It was also terribly in vogue when I was in high school. There seems to be a resurgent interest among K and her friends, which makes me wonder if it’s something that captivates us at that cusp of adulthood, that perhaps we hope to gain understanding of and direction for ourselves as we gaze into a future shrouded in fog. Because of her, I’ve developed a renewed interest in the subject.

Back in the days of yore, the go-to astrology text was Linda Goodman’s Sun Signs. I gave K a copy for Christmas a couple of years ago so she could see how things have evolved since the 1980s. You wouldn’t think astrology would change, but it seemingly has — becoming more detailed and specific. I did have the pleasure of staying in Linda Goodman’s former home in — who’d have thunk it — Cripple Creek, Colorado, which had become a Bed and Breakfast. And a haunted Bed and Breakfast, no less. I was in town for a ghost adventure at the former jail (and an adventure it was, may I say) and made the mistake of telling my hostess at the B&B about it, which led to her having me go into the basement to see what I could pick up from a ghost perspective (also an adventure). The next time I went to town, this particular B&B was closed; the ghosts may have been too much for her.

I’m a fan of Rob Brezsny’s astrological divinations and musings in his Free Will Astrology column/email. Having just googled him, he doesn’t look like what I’d expected, but he looks exactly like what an astrologer should look like. Who really knows how sound any of it is, but I’ve found his insights and predictions to be pretty on track over the last ten years or so. He also seems to tap into a certain esoteric level of rational thought that I very much appreciate. I’ve enjoyed his book Pronoia, which also amused a crew of market researchers who visited my house some years back to interview me on my love of Toyotas.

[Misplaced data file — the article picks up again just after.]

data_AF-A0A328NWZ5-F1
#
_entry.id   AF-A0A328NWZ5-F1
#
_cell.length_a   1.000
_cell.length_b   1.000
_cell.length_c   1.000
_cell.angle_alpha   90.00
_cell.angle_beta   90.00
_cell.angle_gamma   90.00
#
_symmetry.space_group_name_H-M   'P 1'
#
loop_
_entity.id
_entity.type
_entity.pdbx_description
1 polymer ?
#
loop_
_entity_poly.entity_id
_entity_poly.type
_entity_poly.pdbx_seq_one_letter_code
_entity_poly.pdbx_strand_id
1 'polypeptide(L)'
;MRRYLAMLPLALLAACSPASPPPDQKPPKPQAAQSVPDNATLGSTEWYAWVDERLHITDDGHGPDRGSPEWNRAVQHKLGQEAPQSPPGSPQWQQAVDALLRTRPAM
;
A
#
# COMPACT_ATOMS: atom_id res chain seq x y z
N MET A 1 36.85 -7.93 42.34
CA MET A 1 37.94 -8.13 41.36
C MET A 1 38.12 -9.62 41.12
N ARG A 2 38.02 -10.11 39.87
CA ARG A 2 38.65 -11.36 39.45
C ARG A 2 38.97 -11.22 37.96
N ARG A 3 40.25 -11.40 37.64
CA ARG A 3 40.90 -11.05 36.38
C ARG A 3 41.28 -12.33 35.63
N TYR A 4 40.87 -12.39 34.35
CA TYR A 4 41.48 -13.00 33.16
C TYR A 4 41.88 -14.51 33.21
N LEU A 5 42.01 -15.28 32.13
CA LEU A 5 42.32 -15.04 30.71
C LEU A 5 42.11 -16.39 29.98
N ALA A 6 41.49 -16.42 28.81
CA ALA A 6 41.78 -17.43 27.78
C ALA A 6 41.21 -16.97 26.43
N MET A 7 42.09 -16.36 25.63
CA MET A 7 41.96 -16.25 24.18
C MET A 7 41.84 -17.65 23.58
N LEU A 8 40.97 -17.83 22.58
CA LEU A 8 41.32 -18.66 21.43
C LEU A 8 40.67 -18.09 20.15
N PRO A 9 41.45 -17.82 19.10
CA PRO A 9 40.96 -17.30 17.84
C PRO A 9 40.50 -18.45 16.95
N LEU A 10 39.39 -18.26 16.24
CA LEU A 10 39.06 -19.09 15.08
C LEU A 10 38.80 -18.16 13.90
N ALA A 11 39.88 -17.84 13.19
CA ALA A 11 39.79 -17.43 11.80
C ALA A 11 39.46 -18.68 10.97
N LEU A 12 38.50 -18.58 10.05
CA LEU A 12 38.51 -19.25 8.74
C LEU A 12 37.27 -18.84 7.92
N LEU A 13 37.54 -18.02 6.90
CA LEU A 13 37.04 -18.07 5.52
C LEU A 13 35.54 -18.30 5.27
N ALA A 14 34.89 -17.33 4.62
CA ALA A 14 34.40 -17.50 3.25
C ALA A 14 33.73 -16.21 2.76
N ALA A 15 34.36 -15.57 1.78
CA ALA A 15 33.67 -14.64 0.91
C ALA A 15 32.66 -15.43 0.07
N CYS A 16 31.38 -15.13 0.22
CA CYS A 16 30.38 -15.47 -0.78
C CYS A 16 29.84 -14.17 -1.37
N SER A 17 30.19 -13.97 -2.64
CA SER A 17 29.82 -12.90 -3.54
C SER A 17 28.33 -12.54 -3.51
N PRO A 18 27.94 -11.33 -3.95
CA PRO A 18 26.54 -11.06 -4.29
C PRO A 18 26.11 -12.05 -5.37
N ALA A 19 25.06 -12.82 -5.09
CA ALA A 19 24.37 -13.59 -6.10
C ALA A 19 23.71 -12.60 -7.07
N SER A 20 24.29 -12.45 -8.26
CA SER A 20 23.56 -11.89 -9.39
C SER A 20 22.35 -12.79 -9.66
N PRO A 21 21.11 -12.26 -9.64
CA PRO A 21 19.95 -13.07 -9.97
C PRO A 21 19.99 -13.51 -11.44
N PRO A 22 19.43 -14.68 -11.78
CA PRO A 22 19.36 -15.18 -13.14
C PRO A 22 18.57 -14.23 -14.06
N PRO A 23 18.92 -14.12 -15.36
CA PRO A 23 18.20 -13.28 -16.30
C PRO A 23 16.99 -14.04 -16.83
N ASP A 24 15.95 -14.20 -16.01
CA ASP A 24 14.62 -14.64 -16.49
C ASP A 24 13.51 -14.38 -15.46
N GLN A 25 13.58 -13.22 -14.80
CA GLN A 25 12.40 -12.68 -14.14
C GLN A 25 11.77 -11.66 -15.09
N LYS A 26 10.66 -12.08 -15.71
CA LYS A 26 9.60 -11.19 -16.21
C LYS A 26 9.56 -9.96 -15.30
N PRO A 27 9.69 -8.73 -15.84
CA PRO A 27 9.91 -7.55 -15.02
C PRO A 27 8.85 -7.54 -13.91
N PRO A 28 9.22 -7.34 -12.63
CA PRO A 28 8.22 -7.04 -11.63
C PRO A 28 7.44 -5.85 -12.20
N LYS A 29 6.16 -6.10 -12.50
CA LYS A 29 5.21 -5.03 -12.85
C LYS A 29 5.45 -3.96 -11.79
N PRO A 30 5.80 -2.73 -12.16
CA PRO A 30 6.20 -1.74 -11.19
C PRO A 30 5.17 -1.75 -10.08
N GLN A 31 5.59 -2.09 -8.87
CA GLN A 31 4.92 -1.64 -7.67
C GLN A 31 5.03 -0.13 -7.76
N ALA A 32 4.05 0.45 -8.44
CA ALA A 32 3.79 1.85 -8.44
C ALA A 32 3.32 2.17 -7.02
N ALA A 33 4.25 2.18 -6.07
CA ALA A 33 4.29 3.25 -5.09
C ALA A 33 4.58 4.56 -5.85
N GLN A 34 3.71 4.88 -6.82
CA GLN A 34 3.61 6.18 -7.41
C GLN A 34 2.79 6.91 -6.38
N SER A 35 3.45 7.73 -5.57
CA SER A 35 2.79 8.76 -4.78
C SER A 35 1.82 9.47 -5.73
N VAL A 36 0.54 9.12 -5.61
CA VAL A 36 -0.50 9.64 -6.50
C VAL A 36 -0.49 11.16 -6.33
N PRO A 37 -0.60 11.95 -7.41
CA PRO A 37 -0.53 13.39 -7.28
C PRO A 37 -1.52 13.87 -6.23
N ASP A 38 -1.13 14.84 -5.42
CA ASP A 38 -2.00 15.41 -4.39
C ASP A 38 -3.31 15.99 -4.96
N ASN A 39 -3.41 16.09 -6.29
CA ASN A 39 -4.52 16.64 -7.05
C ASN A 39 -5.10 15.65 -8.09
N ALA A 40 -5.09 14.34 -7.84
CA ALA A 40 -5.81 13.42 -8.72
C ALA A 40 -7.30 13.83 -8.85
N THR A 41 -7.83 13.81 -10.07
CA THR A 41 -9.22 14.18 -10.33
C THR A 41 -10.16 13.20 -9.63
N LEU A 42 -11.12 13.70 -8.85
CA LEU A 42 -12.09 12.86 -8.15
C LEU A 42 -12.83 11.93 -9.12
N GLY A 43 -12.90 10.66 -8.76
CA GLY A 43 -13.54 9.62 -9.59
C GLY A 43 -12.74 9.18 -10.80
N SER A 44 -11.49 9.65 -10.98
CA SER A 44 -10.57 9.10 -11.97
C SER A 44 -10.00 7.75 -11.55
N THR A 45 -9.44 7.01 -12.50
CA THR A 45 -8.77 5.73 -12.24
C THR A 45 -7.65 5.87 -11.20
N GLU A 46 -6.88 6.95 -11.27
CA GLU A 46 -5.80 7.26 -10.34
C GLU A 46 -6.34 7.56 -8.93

K has introduced me to Co — Star, which is an app instead of a column, but I guess that’s what all the cool kids are doing these days. It’s very specific, based on one’s date/time of birth. I (of course) know my birth date, but am not so sure of my birth time. My birth certificate doesn’t list it and my folks are somewhere in the stars themselves now, so I can’t ask them. But I’ve made my best guess in the hope that, whatever this app produces based on birth time, close enough is close enough. The little astrological messages are somewhat cryptic, which is both good and bad, but intriguing and make me ponder. For example, today’s central message: “A tongue that lacks self-control is a fire.” That one is pretty self-explanatory. But the “Dos” and “Don’ts”, I’m not so sure of: Dos: Ice cream, Sunshine, Venting. I don’t have ice cream and there has been very little sunshine today, but yes, I have vented to K. Don’ts: Clutch pearls, Pathos, Narratives. Not a huge pearl-clutcher, but it could have happened during the venting; not really expressing Pathos (took care of that last weekend); and Narratives….? Well, I guess this is one, so that really should have been part of the “Do” list.

On the purely pragmatic side, I love the stars themselves. M and I have a wonderful memory of driving to Santa Fe one dark night before Christmas when we first started dating, and we’d never seen so many stars. That memory still stands, even after seeing nothing but stars during a power outage in Costa Rica. And on the anniversary of our first date, we drove up to a meadow in Gilpin County and froze ourselves sitting in the bed of the truck watching a meteor shower. But anyplace under the stars with him is perfect. My horoscope said nothing about being sappy.

Daily gratitudes:
Fingerless gloves
The woman who crossed herself before driving away from the Emergency Room
My marvelous niece who has a birthday today
The new way Mr. Man snuggled in last night

Playing with Time